MANILA, Philippines – During his visit to China, President Rodrigo Duterte announced on Thursday, October 20, that he would be "separating" from the United States in economic and military aspects.
"I announce my separation from the United States, both in military, but economics also," Duterte told Chinese officials and businessmen in Beijing.
His statement sent shockwaves not only in the Philippines and the US, its longtime ally, but also throughout the world.
However, upon his return to the Philippines, the President clarified that he would not exactly "cut ties" with the US.
"It's not severance of ties. Severance is to cut diplomatic relations. I cannot do that. Why? It's for the best interests of my country that we maintain that relationship," Duterte explained. (READ: Palace: Don't 'interpret' Duterte split from US)
Besides the local news outlets covering the President, international news organizations also took notice of his pronouncements. Here's how the world viewed Duterte's "China pivot."
The Wall Street Journal
Malcolm Cook, a senior fellow at Singapore's ISEAS-Yusof Ishak Institute, told The Wall Street Journal that Duterte's shift "complicates China policy for its Southeast Asian neighbors," especially those that have claims in disputed islands in the West Philippine Sea or South China Sea.
In July, the Philippines won a historic case against China in the Permanent Court of Arbitration over the said maritime dispute.
The Washington Post
The Washington Post expounded on the Philippines' plans for closer cooperation with China as Duterte renounced the US.
Following the President's clarification, the Post wrote that 4 months into Duterte's term, his plans and platforms "are still in question."
"Every few days, he makes a comment that could, if pursued, redefine the regional order. The next day, one of his ministers or spokesmen is forced to walk the comment back."
Los Angeles Times
The paper said that Duterte's latest pronouncement "is a blow to the Obama administration's much-heralded 'pivot' to Asia."
John Gershman, a professor at New York University's Wagner School of Public Service, told the Los Angeles Times that President Duterte's statements "came as a surprise to the Chinese and the Americans."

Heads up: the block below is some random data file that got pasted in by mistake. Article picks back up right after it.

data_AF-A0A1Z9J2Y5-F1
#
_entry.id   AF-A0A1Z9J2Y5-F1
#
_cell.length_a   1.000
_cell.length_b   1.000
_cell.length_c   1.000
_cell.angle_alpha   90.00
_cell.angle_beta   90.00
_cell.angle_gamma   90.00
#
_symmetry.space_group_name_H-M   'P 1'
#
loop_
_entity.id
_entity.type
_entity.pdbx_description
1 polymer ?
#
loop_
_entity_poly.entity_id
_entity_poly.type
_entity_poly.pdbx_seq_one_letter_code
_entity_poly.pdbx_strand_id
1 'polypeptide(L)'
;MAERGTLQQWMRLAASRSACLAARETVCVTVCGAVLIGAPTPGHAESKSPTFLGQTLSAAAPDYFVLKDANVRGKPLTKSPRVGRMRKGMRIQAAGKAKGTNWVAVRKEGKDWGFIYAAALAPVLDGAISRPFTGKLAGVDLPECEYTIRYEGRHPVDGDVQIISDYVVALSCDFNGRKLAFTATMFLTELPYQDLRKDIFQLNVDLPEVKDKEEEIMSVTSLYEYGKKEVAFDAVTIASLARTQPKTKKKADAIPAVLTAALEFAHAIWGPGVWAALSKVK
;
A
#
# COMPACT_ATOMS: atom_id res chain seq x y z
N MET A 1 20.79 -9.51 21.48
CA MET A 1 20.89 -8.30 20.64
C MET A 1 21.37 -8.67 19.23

Gershman added that Duterte "doesn't like Western finger-wagging over human rights and he is not going to get that from China."
Duterte had earlier criticized US President Barack Obama for planning to question his strategy to eliminate illegal drugs in the Philippines.
TIME marked the "stunning about-face for the Philippines" in terms of Duterte's approach in dealing with China on the West Philippine Sea ruling.
TIME also said that China "will be wary of Duterte's notoriously mercurial nature," citing his shifts in public statements on his state visit. "The former Davao mayor has gone from saying that the South China Sea would not be discussed, to that it would be brought up 'in passing,' to Thursday's landmark agreement."
TIME also wrote that Duterte's move is "certainly risky" as he will face "strong resistance within his own government and military."
But it is the Filipino people "who may be even harder to assuage," said TIME, explaining that the country "remains the world's most pro-American nation and staunchly anti-Chinese, blaming the Asian superpower for aggressively targeting Philippine fishing stocks."
White House spokesperson Josh Earnest issued this statement regarding President Duterte's speech in China:
Earnest then said the US will continue to honor its commitments and obligations to the Philippines. (READ: By 'separation' from US, Duterte meant 'rebalance' to Asia – Pernia)
The Associated Press reported that the US State Department would be "seeking an explanation" of the President's comments. "It's not clear to us exactly what that means and all its ramifications," said spokesman John Kirby.
Daniel Russel, the US State Department's Assistant Secretary for East Asian and Pacific Affairs, is visiting Manila from October 22 to 25 to "have a discussion about the scope of the relationship between the United States and the Philippines." – Rappler.com
Michael Bueza is a researcher and data curator under Rappler's Research Team. He works on data about elections, governance, and the budget. He also follows the Philippine pro wrestling scene and the WWE. Michael is also part of the Laffler Talk podcast trio.